Food has become a central part of holiday celebrations, so much so that some holidays aren’t complete without the foods associated with them. Think about it – there’s turkey and stuffing for Thanksgiving, of course. For Halloween it may be candy corn (or just a lot of candy!), and Easter is filled with marshmallow peeps, jelly beans and chocolate bunnies. With Valentine’s Day approaching, there’s nothing more quintessential than chocolate. Valentine’s Day is all about celebrating LOVE and for centuries we’ve expressed our love through food.
How much do you really know about chocolate? Let’s start with its origin. Chocolate comes from the cacao bean that grows in pods on the cacao tree that is native to Central and South America and cultivated in many other locations around the equator. Chocolate is the most popular sweet treat in the world and we consume more than 3 million tons of cocoa beans per year. Now that’s a lot of chocolate!
But what is it about chocolate that elicits a passion that goes beyond the love of a sweet treat? Why does it make us feel so darn good? Many people report “feeling good” after indulging in chocolate, especially because it contains more than 300 chemicals that may account for those feelings. Caffeine, a stimulant, is present in small amounts and combined with theobromine, a weaker stimulant also found in chocolate, may account for the “lift” experienced when eating it. Believe it or not, there’s also some evidence that chocolate may stimulate the brain in the same way cannabis does and it may also have an effect on mood regulation through the stimulation of dopamine, serotonin, and endorphins.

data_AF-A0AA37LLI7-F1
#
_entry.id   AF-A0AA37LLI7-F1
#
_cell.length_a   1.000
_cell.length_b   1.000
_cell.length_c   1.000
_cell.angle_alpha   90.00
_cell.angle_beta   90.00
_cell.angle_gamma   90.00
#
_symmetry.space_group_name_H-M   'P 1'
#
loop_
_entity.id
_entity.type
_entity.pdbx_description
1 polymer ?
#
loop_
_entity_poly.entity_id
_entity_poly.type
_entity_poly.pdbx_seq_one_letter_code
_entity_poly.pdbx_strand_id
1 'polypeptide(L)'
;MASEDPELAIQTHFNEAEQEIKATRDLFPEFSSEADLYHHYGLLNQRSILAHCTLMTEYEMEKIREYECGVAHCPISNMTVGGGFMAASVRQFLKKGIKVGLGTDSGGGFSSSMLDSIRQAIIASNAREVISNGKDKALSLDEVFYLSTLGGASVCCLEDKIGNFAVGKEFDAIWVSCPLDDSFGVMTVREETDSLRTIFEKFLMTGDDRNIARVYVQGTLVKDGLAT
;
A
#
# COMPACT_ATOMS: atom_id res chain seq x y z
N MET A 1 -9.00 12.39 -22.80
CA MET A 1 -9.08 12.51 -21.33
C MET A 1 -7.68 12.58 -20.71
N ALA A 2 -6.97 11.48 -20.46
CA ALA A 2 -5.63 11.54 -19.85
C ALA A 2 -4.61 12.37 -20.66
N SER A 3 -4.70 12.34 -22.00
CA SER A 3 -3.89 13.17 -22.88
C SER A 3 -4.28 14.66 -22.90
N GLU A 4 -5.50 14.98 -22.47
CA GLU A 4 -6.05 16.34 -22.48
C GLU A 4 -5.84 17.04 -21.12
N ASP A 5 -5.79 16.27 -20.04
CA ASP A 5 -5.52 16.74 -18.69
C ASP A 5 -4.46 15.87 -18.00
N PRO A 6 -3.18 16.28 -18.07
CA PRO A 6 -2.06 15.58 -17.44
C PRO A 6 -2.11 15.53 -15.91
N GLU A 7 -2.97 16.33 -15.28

Beyond creating a great mood, chocolate benefits our heart and brain, the trifecta of a Happy Valentine’s Day! Dark chocolate in particular contains phytonutrients which work as antioxidants and other ingredients that may lower the risk of cognitive decline as we age.
Now that we know the why, let’s talk about the how. Sweet milk chocolate comes with a few ingredients that we want to limit such as fat, sugar, and calories but dark chocolate (more than 70% cocoa) contains flavanols that may benefit the brain and heart and contains much less sugar. So go ahead and incorporate small amounts of dark chocolate into your family’s Valentine’s Day traditions! By using dark chocolate you can expand the palate with the taste of actual chocolate instead of the sugar rush of chocolate candy. Provide a fun experience for your kids such as drizzling dark chocolate over fresh fruit like bananas or drizzle over popcorn. A little dark chocolate over nutritious fruit or a whole grain snack will surely help your family feel the love this Valentine’s Day!
This article originally appeared on Red Tricycle.
I don’t like to cook! I can handle easy with a few ingredients. Do you have recipes like that? I’m thinking if I start like this I might start to enjoy it and want to try adding recipes with more ingredients.
I want to try cooking salmon but I’m afraid of over or under cooking. Help!!!
Mackenzie Harkey says
Hey Cindy! Here is one of our simplest salmon recipes. We recommend drizzling olive oil on the salmon and season with salt and pepper. Placing salmon on a pre-heated grill and cook for approximately 3 to 4 minutes on each side. If you’re worried about undercooking, place on a baking tray and place in the oven for 5 minutes until firm but not dried out. The internal temperature should be 145F.
Here’s some of our minimal ingredient recipes:
Sriracha Cauliflower Bites
Potato and Poblano Quesadilla
Grilled Brie Sandwich
Paprika Chicken Thighs with Brussel Sprouts